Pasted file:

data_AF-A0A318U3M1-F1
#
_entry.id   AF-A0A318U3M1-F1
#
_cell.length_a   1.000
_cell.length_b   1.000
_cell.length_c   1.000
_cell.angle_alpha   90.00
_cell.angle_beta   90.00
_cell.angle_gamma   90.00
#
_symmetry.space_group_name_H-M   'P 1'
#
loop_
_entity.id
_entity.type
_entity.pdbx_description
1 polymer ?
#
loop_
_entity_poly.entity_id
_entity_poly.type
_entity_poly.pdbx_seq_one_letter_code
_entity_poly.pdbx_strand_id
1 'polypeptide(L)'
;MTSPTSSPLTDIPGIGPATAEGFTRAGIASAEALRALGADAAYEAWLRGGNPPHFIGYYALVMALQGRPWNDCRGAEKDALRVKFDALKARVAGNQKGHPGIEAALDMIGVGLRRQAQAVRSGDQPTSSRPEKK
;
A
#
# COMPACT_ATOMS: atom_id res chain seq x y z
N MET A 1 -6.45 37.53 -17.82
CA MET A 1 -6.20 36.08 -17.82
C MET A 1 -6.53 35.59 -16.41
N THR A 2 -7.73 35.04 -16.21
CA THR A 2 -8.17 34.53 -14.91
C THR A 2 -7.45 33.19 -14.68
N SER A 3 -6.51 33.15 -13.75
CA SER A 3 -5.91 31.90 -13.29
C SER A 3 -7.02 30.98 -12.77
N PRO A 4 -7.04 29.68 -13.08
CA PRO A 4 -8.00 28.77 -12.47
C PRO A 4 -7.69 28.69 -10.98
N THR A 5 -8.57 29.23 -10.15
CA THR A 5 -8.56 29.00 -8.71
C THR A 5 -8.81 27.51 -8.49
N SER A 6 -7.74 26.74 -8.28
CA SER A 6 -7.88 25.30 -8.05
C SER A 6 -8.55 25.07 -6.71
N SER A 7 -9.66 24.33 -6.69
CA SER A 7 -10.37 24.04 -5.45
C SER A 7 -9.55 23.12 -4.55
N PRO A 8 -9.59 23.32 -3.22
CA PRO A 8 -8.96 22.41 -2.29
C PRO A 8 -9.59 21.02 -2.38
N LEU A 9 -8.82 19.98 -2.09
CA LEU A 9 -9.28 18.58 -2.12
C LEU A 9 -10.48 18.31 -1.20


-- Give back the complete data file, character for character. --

data_AF-A0A318U3M1-F1
#
_entry.id   AF-A0A318U3M1-F1
#
_cell.length_a   1.000
_cell.length_b   1.000
_cell.length_c   1.000
_cell.angle_alpha   90.00
_cell.angle_beta   90.00
_cell.angle_gamma   90.00
#
_symmetry.space_group_name_H-M   'P 1'
#
loop_
_entity.id
_entity.type
_entity.pdbx_description
1 polymer ?
#
loop_
_entity_poly.entity_id
_entity_poly.type
_entity_poly.pdbx_seq_one_letter_code
_entity_poly.pdbx_strand_id
1 'polypeptide(L)'
;MTSPTSSPLTDIPGIGPATAEGFTRAGIASAEALRALGADAAYEAWLRGGNPPHFIGYYALVMALQGRPWNDCRGAEKDALRVKFDALKARVAGNQKGHPGIEAALDMIGVGLRRQAQAVRSGDQPTSSRPEKK
;
A
#
# COMPACT_ATOMS: atom_id res chain seq x y z
N MET A 1 -6.45 37.53 -17.82
CA MET A 1 -6.20 36.08 -17.82
C MET A 1 -6.53 35.59 -16.41
N THR A 2 -7.73 35.04 -16.21
CA THR A 2 -8.17 34.53 -14.91
C THR A 2 -7.45 33.19 -14.68
N SER A 3 -6.51 33.15 -13.75
CA SER A 3 -5.91 31.90 -13.29
C SER A 3 -7.02 30.98 -12.77
N PRO A 4 -7.04 29.68 -13.08
CA PRO A 4 -8.00 28.77 -12.47
C PRO A 4 -7.69 28.69 -10.98
N THR A 5 -8.57 29.23 -10.15
CA THR A 5 -8.56 29.00 -8.71
C THR A 5 -8.81 27.51 -8.49
N SER A 6 -7.74 26.74 -8.28
CA SER A 6 -7.88 25.30 -8.05
C SER A 6 -8.55 25.07 -6.71
N SER A 7 -9.66 24.33 -6.69
CA SER A 7 -10.37 24.04 -5.45
C SER A 7 -9.55 23.12 -4.55
N PRO A 8 -9.59 23.32 -3.22
CA PRO A 8 -8.96 22.41 -2.29
C PRO A 8 -9.59 21.02 -2.38
N LEU A 9 -8.82 19.98 -2.09
CA LEU A 9 -9.28 18.58 -2.12
C LEU A 9 -10.48 18.31 -1.20